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I am learning SPH method. At the moment I am trying to implement simulation described in this very good article. However I don't get how the ghost particles properties are computed:

  • Position of the ghost particle: $$\textbf{x}_{i,G}=2\textbf{x}_w-\textbf{x}_i,$$

where $\textbf{x}_i$ denotes the $i^{th}$ particle position, $\textbf{x}_w$ is the rigid boundary instantaneous position, $\textbf{x}_{i,G}$ is the ghost particle position.

  • Normal velocity component with respect to the boundary: $$u_{niG}=2U_{nw}-u_{ni}$$

where $U_{nw}$ is the local displacement velocity of the rigid boundary with instantaneous position $\textbf{x}_w$, $u_{ni}$ is the normal velocity component of the particle to the boundary, $u_{niG}$ is the normal velocity component of the ghost particle.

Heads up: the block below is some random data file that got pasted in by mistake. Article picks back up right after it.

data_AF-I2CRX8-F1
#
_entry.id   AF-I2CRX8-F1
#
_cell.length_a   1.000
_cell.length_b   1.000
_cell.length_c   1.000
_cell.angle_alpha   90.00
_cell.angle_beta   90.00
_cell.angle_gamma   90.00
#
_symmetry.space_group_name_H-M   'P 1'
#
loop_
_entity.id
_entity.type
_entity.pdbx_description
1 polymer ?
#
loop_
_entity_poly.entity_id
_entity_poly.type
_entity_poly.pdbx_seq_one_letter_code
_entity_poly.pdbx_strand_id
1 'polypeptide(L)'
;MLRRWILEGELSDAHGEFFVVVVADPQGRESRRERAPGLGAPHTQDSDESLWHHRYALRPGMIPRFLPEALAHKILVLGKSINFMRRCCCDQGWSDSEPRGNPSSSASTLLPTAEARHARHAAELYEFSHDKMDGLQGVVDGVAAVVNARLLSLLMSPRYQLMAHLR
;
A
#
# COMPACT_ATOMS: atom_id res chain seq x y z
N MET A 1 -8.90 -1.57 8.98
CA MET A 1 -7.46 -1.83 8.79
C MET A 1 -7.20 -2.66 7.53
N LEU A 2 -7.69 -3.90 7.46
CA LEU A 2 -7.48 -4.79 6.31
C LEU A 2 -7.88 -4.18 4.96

What is the local displacement velocity of the rigid boundary with instantaneous position $\textbf{x}_w$, and what is $\textbf{x}_w$?

I thought that if the boundary is rigid (let's say a solid wall) it will have $U_{nw}=0$, and invariant position. However with those assumptions I don't get the ghost particles similar as described in the paper (it is a part of the Fig 15 from the mentioned paper):

enter image description here

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In simple terms, the idea is to get ghost particles such that the interpolated velocity between a (real) particle near the boundary and its corresponding ghost particle satisfies the required boundary condition. This is exactly like in a cell centered finite-difference scheme if you need to apply a Dirichlet boundary condition on the edge.

I imagine the figure on the right was generated for a non-zero value of $U_B(t)$. A boundary that is moving left with a certain velocity, at that instant, would give the specific vectors shown in the figure. In general, the boundary does not have to be rigid or fixed. It could be flexible and moving.

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